The Chennai Chapter: 1 By 2, A Brand New Podcast Series


On my second visit to Chennai in January 2015, I went out to lunch with a few of my co-workers at Behindwoods.

I wanted to try the soup starter but I knew I wouldn’t be able to finish the large portions I saw being served. One of my teammates said “we’ll share” and as the waiter came by he told them “We’ll have the sweet corn soup, 1 by 2”.

I immediately turned to our group and gave them one of my customary “I don’t get it” looks, which they had gotten used to seeing; a look that meant they needed to explain something quintessentially Indian to the foreigner.

“1 By 2 is what we say to ask them to split a portion into 2. It basically means we’ll share whatever it is we’re getting, so things don’t go to waste, or if we want to try each other’s food anyways”.

It’s such a simple tactic, that I instantly fell in love with. Of course it’s not as though we couldn’t have split the food, or whatever it was that we wanted to, amongst ourselves once it reached us. But the mere idea that sharing is widely accepted and, in fact, encouraged, made me feel warm and fuzzy inside.

In that common “1 by 2” phrase, I heard a synonym for collaboration, and visualized round table gatherings of people having long chats over evenly split pots of tea. And that’s the feeling and theme I am going for with my new podcast, that focuses on South Asian artists all around the world. “1 By 2, with @dilani_r”, which launched this June, is a series devoted to guests who speak openly about their experiences in the world of desi arts and entertainment.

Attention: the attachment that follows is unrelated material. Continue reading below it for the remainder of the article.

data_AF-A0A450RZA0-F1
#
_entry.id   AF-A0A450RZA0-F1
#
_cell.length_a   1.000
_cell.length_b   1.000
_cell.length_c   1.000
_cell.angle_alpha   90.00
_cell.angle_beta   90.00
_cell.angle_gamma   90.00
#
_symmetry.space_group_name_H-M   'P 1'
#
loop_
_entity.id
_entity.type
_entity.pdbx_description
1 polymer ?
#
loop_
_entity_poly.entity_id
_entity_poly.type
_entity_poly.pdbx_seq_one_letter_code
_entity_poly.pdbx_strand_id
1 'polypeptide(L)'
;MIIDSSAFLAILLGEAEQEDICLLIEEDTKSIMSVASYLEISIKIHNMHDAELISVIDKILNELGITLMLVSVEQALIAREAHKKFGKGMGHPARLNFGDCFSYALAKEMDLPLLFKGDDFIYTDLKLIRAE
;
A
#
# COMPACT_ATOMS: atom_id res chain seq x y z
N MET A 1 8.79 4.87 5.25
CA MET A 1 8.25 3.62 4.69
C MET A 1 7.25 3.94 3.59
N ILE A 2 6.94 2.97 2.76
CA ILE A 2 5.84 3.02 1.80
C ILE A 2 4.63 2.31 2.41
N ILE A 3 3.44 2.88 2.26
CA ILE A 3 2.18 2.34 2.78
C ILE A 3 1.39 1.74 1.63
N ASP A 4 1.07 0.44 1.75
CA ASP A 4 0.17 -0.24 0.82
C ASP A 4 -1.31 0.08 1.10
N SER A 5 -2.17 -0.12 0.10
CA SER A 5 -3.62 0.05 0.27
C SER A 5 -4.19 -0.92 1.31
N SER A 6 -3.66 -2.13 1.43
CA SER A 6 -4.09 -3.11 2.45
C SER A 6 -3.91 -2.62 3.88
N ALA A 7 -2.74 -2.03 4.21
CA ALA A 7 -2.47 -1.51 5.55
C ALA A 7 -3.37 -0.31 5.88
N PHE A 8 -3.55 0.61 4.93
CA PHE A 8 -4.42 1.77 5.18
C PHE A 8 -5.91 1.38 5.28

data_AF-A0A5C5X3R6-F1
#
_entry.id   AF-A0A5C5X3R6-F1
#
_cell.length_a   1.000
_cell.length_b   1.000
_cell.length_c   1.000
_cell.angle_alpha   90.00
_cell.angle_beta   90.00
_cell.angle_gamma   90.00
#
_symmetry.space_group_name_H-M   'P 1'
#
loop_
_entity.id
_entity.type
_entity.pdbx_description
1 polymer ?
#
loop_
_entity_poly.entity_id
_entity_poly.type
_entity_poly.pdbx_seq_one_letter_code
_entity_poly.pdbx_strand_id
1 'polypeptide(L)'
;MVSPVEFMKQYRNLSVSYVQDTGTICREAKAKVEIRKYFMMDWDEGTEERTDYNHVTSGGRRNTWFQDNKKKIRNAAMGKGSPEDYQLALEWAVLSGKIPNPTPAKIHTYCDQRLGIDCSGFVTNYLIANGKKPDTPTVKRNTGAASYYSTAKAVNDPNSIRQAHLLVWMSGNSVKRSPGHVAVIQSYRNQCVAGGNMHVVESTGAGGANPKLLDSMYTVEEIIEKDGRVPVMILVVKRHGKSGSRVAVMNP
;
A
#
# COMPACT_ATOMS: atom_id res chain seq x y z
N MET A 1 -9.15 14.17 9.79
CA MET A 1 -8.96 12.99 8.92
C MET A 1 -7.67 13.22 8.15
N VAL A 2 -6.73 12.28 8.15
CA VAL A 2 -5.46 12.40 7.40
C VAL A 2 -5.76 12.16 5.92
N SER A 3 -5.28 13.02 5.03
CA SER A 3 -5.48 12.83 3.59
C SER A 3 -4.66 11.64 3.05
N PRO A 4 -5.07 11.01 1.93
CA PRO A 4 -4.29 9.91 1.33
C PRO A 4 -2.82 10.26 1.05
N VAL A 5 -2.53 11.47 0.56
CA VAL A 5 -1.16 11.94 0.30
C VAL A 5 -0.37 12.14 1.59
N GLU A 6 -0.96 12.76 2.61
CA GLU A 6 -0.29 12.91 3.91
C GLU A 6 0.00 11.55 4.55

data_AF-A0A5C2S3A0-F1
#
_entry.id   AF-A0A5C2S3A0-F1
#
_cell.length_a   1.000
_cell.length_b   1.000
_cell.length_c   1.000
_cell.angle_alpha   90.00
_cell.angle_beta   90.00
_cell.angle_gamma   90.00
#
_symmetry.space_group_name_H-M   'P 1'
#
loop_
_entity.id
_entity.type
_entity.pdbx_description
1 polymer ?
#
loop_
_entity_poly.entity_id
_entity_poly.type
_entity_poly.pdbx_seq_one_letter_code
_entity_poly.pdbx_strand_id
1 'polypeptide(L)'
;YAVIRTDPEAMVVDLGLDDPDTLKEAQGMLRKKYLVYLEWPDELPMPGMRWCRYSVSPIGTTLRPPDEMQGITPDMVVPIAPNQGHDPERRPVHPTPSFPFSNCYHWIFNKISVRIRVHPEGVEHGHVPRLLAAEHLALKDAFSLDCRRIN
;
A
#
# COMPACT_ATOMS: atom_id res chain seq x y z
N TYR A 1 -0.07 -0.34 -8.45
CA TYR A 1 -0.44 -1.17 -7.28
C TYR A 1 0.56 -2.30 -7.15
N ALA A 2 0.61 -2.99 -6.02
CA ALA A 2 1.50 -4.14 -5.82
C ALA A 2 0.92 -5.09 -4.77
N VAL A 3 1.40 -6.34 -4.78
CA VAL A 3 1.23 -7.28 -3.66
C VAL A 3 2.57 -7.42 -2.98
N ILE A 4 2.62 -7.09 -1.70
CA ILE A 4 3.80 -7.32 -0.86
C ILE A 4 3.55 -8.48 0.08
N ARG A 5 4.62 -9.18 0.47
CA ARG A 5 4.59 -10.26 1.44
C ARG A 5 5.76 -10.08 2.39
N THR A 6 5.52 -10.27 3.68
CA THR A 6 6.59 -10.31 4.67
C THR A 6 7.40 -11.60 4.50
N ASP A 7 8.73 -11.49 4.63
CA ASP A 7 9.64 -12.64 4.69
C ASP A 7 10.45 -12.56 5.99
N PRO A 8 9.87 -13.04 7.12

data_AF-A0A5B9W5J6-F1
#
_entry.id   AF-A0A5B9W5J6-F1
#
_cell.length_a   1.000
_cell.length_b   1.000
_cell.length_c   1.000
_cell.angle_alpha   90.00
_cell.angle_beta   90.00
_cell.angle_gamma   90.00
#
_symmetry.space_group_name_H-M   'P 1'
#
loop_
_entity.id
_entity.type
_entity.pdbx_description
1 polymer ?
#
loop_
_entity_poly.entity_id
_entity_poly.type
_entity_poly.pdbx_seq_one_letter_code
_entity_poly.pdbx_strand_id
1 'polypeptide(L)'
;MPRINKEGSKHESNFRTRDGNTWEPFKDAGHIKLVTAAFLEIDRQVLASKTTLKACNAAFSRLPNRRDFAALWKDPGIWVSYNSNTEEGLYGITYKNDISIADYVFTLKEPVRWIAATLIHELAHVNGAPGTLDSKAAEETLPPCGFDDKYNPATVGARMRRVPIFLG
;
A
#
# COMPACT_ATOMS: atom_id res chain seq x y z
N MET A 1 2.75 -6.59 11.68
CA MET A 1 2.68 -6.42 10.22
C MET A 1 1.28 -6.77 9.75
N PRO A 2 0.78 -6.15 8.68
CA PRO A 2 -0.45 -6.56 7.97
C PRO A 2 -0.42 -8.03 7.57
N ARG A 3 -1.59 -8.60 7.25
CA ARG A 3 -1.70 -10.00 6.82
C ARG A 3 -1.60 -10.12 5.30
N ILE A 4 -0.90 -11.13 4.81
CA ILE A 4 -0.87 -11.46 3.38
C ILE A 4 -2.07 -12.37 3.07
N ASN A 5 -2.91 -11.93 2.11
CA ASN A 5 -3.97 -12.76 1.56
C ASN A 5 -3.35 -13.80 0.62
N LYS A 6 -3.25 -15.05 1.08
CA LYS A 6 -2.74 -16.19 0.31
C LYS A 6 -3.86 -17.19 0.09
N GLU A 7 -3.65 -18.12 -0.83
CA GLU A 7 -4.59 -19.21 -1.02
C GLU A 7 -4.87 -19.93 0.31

One By Two

I’ve always enjoyed doing interviews for Behindwoods, but I felt the fun interactions of my actual phone or in person interviews with guests could never be fully translated to my word count restricted articles. I love talking, I talk a lot and I have been fortunate enough to have great conversations with all my interviewees over the years, so I had an idea to try something new.

With the encouragement of friends within Indian media who helped refine the idea, and the incredible technical and creative support of our Tribal Arts team (director Manikandan’s production company), that idea has turned into a successful reality.

I am so grateful for the overwhelming support from listeners and personalities from within Indian entertainment who have shown love for the series since it’s launch a couple of weeks ago. They’ve told us that this new format is allowing them to hear their favorite celebrities speak candidly.

Ritika Singh

And they appreciate the opportunity to learn about rising stars who are pursuing lofty goals, perhaps just like themselves. So who are these rising stars? Let me tell you about my wonderful first wave of guests…

I was so happy to launch the series with Pooja Devariya, not just because she is a good friend, but because she embodies the theme of the show; she works in film and theatre, is even an accomplished painter, and she’s not afraid to tell it like it is. It was an honor to have her openly chat about her difficult journey to the acclaim she’s finally reached now, after her role in director Karthik Subbaraj’s latest film “Iraivi”. In her episode she admitted how she pretty much had to move to Mumbai just to be offered roles by producers who were seeking non-Tamil girls to play Tamil ones.